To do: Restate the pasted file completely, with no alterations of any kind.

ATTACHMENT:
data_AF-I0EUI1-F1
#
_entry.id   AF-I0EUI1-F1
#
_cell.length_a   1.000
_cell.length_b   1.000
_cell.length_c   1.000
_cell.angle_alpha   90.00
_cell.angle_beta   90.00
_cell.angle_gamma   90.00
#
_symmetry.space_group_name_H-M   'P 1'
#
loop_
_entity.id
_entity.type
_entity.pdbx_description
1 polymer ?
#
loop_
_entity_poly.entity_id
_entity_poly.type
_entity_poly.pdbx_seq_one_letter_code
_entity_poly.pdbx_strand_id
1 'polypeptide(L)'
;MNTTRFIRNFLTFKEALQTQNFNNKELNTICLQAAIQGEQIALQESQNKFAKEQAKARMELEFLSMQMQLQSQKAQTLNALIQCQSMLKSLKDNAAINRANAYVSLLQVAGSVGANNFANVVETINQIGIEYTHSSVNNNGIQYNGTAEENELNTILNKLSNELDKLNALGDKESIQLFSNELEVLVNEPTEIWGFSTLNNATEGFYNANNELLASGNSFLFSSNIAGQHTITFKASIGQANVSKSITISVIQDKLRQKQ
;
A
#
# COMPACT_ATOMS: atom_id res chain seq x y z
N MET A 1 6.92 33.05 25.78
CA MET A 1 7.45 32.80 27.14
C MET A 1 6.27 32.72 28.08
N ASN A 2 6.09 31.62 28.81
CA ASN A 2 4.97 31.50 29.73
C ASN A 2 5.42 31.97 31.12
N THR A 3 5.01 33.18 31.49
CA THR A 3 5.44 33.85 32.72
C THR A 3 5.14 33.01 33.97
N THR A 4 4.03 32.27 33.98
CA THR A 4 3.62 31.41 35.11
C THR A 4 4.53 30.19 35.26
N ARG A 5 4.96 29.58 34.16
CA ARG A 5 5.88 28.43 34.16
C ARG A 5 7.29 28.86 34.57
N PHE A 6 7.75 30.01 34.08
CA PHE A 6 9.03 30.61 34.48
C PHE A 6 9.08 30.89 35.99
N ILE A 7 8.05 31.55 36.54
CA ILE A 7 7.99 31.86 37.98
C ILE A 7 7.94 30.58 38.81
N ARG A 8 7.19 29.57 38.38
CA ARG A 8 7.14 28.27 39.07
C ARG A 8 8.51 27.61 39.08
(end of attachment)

data_AF-I0EUI1-F1
#
_entry.id   AF-I0EUI1-F1
#
_cell.length_a   1.000
_cell.length_b   1.000
_cell.length_c   1.000
_cell.angle_alpha   90.00
_cell.angle_beta   90.00
_cell.angle_gamma   90.00
#
_symmetry.space_group_name_H-M   'P 1'
#
loop_
_entity.id
_entity.type
_entity.pdbx_description
1 polymer ?
#
loop_
_entity_poly.entity_id
_entity_poly.type
_entity_poly.pdbx_seq_one_letter_code
_entity_poly.pdbx_strand_id
1 'polypeptide(L)'
;MNTTRFIRNFLTFKEALQTQNFNNKELNTICLQAAIQGEQIALQESQNKFAKEQAKARMELEFLSMQMQLQSQKAQTLNALIQCQSMLKSLKDNAAINRANAYVSLLQVAGSVGANNFANVVETINQIGIEYTHSSVNNNGIQYNGTAEENELNTILNKLSNELDKLNALGDKESIQLFSNELEVLVNEPTEIWGFSTLNNATEGFYNANNELLASGNSFLFSSNIAGQHTITFKASIGQANVSKSITISVIQDKLRQKQ
;
A
#
# COMPACT_ATOMS: atom_id res chain seq x y z
N MET A 1 6.92 33.05 25.78
CA MET A 1 7.45 32.80 27.14
C MET A 1 6.27 32.72 28.08
N ASN A 2 6.09 31.62 28.81
CA ASN A 2 4.97 31.50 29.73
C ASN A 2 5.42 31.97 31.12
N THR A 3 5.01 33.18 31.49
CA THR A 3 5.44 33.85 32.72
C THR A 3 5.14 33.01 33.97
N THR A 4 4.03 32.27 33.98
CA THR A 4 3.62 31.41 35.11
C THR A 4 4.53 30.19 35.26
N ARG A 5 4.96 29.58 34.16
CA ARG A 5 5.88 28.43 34.16
C ARG A 5 7.29 28.86 34.57
N PHE A 6 7.75 30.01 34.08
CA PHE A 6 9.03 30.61 34.48
C PHE A 6 9.08 30.89 35.99
N ILE A 7 8.05 31.55 36.54
CA ILE A 7 7.99 31.86 37.98
C ILE A 7 7.94 30.58 38.81
N ARG A 8 7.19 29.57 38.38
CA ARG A 8 7.14 28.27 39.07
C ARG A 8 8.51 27.61 39.08